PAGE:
first direct message from the ZR
3 received at the station of the
Radio Corporation of America
here gave the; dirigible's position
as latitude 1 north, longitude 38
west at 1:20 a. m. eastern stand
ard time. The station had been
in communication with the dirig
ible since 1 o'clock when it began
sending messages to the trans
Atlantic filer. Communication
conditions were ideal, the local
operators reported. .
The message giving the position
of the dirigible was the first direct
communication from the ZR-3 ob
tained by the Chatham station.
It showed that the ship was about
940 miles wesf of Flores islands,
Azores, and directly on Its course."
Air Station. Lakehurst. N. J., Oct.
13. (By the AP.) "All is well
on board ship," was the -brief mes
sage passing between the ZR-3
and the scout cruiser Milwaukee,
which Lieut. T. G. W. Settle, offi
cer of communication, intercepted
here at 11:10 p. im., eastern stan
dard time. ;'':?
Only five words of a message
which probably was longer were
distinguishable here. , They were
in German 'and very faint:
"Alles wehl an board. Schiff."
Tuned in for a time on the wave
length of the ZR-3 the Chatham
station of the radio corporation
learned tonight the big airship
was proceeding with but three of
her four engines running as a re
sult of engine trouble. ,
Although all else was reported
well on board, her speed was cut
down in consequence of the : en
gine trouble. i i
Large Number of Persons
Listed for Calls Makes -'
Haste Necessary ' .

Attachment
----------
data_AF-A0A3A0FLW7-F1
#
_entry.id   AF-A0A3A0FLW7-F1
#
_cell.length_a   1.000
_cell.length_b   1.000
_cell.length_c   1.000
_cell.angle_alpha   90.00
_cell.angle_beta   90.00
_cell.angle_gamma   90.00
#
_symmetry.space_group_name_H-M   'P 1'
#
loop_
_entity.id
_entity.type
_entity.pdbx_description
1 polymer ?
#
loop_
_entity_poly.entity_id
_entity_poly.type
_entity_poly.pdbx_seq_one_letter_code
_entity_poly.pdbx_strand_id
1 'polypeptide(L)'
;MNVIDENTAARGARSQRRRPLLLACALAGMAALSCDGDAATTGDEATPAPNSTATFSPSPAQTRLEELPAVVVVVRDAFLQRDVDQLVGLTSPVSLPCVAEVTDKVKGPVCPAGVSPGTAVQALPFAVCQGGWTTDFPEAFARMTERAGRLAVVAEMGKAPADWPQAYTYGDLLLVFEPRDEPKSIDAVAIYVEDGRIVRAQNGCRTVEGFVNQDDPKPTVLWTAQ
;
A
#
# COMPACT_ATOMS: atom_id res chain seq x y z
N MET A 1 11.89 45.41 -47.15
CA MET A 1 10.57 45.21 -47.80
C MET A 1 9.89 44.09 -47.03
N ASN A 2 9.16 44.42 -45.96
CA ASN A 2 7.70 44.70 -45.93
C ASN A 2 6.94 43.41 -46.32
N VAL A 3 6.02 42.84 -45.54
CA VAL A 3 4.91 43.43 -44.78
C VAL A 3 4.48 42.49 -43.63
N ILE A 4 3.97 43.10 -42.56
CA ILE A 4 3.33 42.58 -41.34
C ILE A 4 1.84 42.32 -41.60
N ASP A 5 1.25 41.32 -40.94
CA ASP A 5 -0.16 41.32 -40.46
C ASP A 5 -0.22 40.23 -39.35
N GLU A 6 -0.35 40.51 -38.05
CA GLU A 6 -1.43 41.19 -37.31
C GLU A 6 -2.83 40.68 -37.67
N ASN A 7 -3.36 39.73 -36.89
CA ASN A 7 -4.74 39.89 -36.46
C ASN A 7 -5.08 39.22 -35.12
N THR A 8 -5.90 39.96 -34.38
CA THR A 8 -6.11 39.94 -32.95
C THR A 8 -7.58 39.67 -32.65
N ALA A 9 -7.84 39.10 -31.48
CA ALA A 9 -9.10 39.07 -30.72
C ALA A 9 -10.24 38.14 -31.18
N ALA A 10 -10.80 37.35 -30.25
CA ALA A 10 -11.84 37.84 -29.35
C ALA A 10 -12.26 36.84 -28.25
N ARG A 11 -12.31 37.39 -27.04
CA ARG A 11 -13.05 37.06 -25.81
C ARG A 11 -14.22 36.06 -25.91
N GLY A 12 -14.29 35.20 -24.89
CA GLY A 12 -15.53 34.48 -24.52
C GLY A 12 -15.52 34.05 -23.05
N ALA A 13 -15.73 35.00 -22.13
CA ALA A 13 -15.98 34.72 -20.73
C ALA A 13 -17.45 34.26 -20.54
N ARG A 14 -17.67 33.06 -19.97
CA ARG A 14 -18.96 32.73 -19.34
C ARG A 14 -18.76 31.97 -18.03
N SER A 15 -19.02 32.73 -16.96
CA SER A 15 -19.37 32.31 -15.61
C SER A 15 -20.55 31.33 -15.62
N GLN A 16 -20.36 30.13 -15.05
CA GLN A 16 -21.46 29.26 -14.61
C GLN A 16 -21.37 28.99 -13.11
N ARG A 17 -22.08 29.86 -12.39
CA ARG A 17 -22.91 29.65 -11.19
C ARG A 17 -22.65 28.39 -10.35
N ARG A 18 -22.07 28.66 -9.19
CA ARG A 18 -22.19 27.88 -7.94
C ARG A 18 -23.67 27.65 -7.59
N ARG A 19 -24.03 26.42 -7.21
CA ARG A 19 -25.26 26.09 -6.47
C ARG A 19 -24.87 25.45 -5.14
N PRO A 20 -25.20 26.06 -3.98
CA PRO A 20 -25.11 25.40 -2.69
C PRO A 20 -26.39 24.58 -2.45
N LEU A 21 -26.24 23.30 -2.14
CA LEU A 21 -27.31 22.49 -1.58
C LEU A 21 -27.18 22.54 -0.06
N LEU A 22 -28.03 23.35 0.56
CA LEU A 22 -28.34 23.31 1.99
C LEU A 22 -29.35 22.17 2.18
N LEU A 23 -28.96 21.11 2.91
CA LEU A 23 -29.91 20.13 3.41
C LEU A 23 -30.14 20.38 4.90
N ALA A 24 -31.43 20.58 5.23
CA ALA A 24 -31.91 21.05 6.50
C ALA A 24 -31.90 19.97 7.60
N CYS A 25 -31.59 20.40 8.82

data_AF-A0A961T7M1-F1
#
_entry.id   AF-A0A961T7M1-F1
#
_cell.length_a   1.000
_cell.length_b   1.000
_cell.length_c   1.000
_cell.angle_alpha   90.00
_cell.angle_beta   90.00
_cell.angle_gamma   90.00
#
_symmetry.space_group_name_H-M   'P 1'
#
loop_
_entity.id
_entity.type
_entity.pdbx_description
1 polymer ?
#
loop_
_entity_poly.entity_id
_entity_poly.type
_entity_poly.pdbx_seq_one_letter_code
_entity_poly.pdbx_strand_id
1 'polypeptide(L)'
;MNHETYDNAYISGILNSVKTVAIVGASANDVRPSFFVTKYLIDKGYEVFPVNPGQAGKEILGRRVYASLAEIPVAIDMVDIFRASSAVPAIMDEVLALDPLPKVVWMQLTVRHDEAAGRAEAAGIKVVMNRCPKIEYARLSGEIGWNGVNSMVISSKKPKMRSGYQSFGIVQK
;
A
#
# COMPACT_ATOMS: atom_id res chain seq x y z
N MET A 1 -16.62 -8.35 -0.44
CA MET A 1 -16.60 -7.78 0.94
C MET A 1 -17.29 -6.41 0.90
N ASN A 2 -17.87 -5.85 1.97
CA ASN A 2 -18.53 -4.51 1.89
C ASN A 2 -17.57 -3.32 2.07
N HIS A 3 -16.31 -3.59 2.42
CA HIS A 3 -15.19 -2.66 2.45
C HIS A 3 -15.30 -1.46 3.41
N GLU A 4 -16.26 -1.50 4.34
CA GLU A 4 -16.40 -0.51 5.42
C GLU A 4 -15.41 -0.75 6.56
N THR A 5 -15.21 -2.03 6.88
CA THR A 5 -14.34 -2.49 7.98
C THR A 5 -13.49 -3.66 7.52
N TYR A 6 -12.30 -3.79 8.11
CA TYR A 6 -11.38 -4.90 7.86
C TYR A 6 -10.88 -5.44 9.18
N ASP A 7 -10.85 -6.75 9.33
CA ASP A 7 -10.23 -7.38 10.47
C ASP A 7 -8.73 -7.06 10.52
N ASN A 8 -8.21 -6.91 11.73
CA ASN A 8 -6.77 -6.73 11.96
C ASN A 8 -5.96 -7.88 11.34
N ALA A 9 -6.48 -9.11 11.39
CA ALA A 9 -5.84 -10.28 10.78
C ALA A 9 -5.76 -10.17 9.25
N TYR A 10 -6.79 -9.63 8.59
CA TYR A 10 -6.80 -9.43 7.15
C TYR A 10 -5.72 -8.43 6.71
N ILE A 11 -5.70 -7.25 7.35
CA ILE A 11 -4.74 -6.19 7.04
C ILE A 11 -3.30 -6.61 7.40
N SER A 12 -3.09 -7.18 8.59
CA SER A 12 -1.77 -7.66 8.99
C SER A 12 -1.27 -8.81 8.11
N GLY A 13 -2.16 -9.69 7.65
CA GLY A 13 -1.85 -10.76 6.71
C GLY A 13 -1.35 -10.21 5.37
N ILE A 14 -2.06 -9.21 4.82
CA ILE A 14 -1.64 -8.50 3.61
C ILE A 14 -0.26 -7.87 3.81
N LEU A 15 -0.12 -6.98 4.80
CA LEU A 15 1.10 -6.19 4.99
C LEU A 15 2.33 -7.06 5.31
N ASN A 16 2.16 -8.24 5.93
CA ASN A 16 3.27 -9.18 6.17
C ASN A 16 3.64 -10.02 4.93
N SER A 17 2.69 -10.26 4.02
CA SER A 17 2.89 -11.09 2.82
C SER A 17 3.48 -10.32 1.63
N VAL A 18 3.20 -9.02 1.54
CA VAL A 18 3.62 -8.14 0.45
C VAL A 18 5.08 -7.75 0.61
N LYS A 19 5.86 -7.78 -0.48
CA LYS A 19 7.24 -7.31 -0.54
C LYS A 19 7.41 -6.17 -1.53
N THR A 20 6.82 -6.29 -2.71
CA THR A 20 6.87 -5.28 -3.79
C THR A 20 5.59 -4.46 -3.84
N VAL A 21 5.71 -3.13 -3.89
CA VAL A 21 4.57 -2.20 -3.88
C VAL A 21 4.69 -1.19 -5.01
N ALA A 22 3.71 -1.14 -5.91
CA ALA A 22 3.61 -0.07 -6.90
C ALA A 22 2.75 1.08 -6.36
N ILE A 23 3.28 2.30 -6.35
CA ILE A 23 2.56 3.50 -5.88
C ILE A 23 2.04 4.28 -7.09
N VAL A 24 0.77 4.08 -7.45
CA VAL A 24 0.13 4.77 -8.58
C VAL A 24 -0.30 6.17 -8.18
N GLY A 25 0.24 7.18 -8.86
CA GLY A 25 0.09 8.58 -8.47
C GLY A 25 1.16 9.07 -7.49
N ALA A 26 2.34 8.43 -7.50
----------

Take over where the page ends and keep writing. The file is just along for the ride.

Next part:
Plans to speed up the YMCA
campaign were outlined at a meet
ing of all team captains and gen
eral officers last night. The so
licitors are running across delays,
those approached wanting to put
off their subscriptions until later.
In view of, the large number of
persons who are listed for calls,
the committees will be unable to
make all of the visits in the time
limit unless the campaign is speed
ed up to a great extent: An offer
was received last niglft from
youngsters who take a keen inter
est In the YMCA to participate in
the drive. s I
i All pledges are made contingent
upon the entire $200,000 being
raised and in the event this goal
is not reached the pledges become
invalid. , Explanation of this con
sumes a great amount of time
when the routine Is repeated with
every call. . '
Members of the Kiwanis club
will be guests at the YMCA,
luncheon today and atendance
cards will be signed here instead
of at the regular luncheon -at the
Marion hotel. . ' ' . i I
. Immediate answer to all callers
is asked by the committee - in
charge of the drlte. T , "
Criticisms Made By Demo
cratic Candidate Regard
ing Administration Policies
are Answered ,
Opposes Submission on Do.
mestic Questions to In
ternational Group V
INDIANAPOLIS, Ind., Oct. 13.
(By AP.l: American sentiment
will not "tolerate' submission of
domestic ( questions "to the deter
mination of aify group of powers"
Secretary Hughes declared) here
tonight in a campaign address an
swering criticisms; by John W. Da
vis, democrat; presidential nom
inee, of administration foregn pol
icies.' : s.
Mr. Hughes slid not mention the
proposed league of nations proto
col by name but he laid stress up
on the question' of jurisdiction
over domestic tissues, which at the
behest of Japan, occupied as large
a place in 1th recent discussions
at Geneva. lie has not previous
ly referred to Jhe'Geneva develop
ments, directly or indirectly, In
any public address. , I
Refers p Davis Spech
"Recently,"! the secretary said,
"the question! has been discussed
of the appropriateness of investing
a group, of powers5 with the author
ity to deal with domestic question,
not, questions arising under treat
ies which pasties have limited
their rights iut with questions
within the competency of a nation
as to which U has not limited Its
rights. The Sentiment of this
country, I repeat, would not tol
erate the submission of such ques
tions which pertain to our own
(Continued on pg 5)
Defenders of Besieged City
Finally Beaten Back By
Invading Army
SHANGHAI, Oct. 13(By The As
sociated Presk)-4-General Chang
Yung-Ming, fommander in chief